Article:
Reference > William Shakespeare > The Oxford Shakespeare > Romeo and Juliet
William Shakespeare (1564–1616).  The Oxford Shakespeare.  1914.
Romeo and Juliet
Act III. Scene V.
The Same.  JULIET’S Chamber.
  Jul.  Wilt thou be gone? it is not yet near day:
It was the nightingale, and not the lark,
That pierc’d the fearful hollow of thine ear;        5
Nightly she sings on yon pomegranate tree:
Believe me, love, it was the nightingale.
  Rom.  It was the lark, the herald of the morn,
No nightingale: look, love, what envious streaks
Do lace the severing clouds in yonder east:        10
Night’s candles are burnt out, and jocund day
Stands tiptoe on the misty mountain tops:
I must be gone and live, or stay and die.
  Jul.  Yon light is not daylight, I know it, I:
It is some meteor that the sun exhales,        15
To be to thee this night a torch-bearer,
And light thee on thy way to Mantua:
Therefore stay yet; thou need’st not to be gone.
  Rom.  Let me be ta’en, let me be put to death;
I am content, so thou wilt have it so.        20
I’ll say you grey is not the morning’s eye,
’Tis but the pale reflex of Cynthia’s brow;
Nor that is not the lark, whose notes do beat
The vaulty heaven so high above our heads:
I have more care to stay than will to go:        25
Come, death, and welcome! Juliet wills it so.
How is ’t, my soul? let’s talk; it is not day.
  Jul.  It is, it is; hie hence, be gone, away!
It is the lark that sings so out of tune,
Straining harsh discords and unpleasing sharps.        30
Some say the lark makes sweet division;
This doth not so, for she divideth us:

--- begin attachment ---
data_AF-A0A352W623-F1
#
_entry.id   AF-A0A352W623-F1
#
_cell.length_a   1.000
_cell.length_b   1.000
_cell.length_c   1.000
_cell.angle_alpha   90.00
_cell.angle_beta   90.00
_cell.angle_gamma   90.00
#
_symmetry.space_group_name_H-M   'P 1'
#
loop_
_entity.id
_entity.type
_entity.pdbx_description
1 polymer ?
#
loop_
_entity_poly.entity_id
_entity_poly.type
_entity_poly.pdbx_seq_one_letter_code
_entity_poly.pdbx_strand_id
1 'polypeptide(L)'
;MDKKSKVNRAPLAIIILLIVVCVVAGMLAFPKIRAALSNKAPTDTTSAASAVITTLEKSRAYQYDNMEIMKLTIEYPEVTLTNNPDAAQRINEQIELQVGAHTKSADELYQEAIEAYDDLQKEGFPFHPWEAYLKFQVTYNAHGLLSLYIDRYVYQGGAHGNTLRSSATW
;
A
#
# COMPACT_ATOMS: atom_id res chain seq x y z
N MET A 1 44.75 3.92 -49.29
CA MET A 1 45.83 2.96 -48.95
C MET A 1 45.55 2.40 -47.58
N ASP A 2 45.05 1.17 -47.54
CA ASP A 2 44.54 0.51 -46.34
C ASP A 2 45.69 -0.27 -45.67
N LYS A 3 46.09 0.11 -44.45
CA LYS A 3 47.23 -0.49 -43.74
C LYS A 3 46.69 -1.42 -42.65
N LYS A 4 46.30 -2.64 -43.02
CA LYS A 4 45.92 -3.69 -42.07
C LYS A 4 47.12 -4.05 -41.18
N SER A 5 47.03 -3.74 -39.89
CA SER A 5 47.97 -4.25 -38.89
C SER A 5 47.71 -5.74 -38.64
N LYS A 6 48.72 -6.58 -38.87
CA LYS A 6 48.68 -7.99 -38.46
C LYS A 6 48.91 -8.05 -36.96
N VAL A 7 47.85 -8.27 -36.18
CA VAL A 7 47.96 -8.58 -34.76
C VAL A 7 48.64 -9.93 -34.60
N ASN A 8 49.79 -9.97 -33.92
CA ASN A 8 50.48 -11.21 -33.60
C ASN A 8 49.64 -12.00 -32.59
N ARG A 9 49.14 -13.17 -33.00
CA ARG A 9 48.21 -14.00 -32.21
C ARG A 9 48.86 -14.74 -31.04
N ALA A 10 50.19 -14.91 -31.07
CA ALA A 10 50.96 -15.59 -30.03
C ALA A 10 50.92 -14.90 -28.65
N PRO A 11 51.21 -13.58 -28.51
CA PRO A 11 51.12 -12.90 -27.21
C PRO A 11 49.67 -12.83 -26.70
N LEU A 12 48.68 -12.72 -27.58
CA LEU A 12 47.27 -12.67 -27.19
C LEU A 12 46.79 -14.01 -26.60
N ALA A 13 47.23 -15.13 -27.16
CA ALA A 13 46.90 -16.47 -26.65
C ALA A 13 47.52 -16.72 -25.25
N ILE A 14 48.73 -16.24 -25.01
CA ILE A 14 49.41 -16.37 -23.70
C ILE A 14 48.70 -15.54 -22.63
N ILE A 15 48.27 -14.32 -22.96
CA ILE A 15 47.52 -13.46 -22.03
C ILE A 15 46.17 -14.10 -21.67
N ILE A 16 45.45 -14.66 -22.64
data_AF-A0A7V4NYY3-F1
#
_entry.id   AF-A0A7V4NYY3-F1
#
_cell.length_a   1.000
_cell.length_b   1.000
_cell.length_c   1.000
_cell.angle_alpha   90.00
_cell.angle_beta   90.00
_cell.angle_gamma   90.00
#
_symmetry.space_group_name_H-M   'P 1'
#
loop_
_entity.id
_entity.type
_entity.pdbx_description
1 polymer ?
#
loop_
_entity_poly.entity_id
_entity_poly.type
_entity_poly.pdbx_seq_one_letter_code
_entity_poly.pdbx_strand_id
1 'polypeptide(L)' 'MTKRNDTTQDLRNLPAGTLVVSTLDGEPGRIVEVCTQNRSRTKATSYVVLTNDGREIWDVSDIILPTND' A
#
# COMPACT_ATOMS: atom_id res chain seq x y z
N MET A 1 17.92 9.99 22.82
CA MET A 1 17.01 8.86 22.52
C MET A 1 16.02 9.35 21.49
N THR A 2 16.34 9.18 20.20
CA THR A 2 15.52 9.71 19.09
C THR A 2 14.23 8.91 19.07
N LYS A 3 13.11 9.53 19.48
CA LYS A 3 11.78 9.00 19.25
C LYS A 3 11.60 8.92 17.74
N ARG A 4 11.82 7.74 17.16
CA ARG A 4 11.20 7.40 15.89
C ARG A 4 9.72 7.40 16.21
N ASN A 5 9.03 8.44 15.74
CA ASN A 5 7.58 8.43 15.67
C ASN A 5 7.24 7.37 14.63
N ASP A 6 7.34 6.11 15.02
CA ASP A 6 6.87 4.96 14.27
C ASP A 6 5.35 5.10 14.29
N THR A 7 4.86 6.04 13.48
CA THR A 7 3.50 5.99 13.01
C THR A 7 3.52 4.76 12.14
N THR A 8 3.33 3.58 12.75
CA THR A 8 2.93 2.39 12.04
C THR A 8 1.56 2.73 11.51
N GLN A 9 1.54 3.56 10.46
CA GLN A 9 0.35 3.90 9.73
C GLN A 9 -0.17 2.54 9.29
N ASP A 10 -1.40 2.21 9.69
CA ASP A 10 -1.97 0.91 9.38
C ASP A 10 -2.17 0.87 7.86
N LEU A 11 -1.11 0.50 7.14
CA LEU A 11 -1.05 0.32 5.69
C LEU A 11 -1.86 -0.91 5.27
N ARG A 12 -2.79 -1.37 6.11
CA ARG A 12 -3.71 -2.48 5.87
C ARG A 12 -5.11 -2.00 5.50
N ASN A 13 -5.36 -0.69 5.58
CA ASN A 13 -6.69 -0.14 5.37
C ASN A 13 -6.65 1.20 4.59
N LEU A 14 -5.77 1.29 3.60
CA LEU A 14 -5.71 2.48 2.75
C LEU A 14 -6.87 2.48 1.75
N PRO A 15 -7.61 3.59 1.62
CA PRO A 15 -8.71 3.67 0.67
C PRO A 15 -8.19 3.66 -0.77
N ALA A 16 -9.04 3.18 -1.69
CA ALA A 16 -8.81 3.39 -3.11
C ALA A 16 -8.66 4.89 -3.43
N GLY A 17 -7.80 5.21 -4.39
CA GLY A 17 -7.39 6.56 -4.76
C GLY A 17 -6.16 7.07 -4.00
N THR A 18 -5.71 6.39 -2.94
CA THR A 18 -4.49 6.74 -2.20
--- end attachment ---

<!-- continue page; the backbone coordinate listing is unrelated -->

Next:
Some say the lark and loathed toad change eyes;
O! now I would they had chang’d voices too,
Since arm from arm that voice doth us affray,        35
Hunting thee hence with hunts-up to the day.
O! now be gone; more light and light it grows.
  Rom.  More light and light; more dark and dark our woes.
Enter Nurse.
  Nurse.  Madam!        40
  Jul.  Nurse!
  Nurse  Your lady mother is coming to your chamber:
The day is broke; be wary, look about.  [Exit.
  Jul.  Then, window, let day in, and let life out.
  Rom.  Farewell, farewell! one kiss, and I’ll descend.  [Descends.        45
  Jul.  Art thou gone so? my lord, my love, my friend!
I must hear from thee every day in the hour,
For in a minute there are many days:
O! by this count I shall be much in years
Ere I again behold my Romeo.        50
  Rom.  Farewell!
I will omit no opportunity
That may convey my greetings, love, to thee.
  Jul.  O! think’st thou we shall ever meet again?
  Rom.  I doubt it not; and all these woes shall serve        55
For sweet discourses in our time to come.
  Jul.  O God! I have an ill-divining soul:
Methinks I see thee, now thou art so low,
As one dead in the bottom of a tomb:
Either my eyesight fails, or thou look’st pale.        60
  Rom.  And trust me, love, in my eye so do you:
Dry sorrow drinks our blood. Adieu! adieu!  [Exit.
  Jul.  O fortune, fortune! all men call thee fickle:
If thou art fickle, what dost thou with him
That is renown’d for faith? Be fickle, fortune;        65
For then, I hope, thou wilt not keep him long,
But send him back.
  Lady Cap.  [Within.]  Ho, daughter! are you up?
  Jul.  Who is ’t that calls? is it my lady mother?
Is she not down so late, or up so early?        70
What unaccustom’d cause procures her hither?
  Lady Cap.  Why, how now, Juliet!
  Jul.        Madam, I am not well.
  Lady Cap.  Evermore weeping for your cousin’s death?        75
What! wilt thou wash him from his grave with tears?
And if thou couldst, thou couldst not make him live;
Therefore, have done: some grief shows much of love;
But much of grief shows still some want of wit.
  Jul.  Yet let me weep for such a feeling loss.        80
  Lady Cap.  So shall you feel the loss, but not the friend
Which you weep for.
  Jul.        Feeling so the loss,
I cannot choose but ever weep the friend.
  Lady Cap.  Well, girl, thou weep’st not so much for his death,        85
As that the villain lives which slaughter’d him.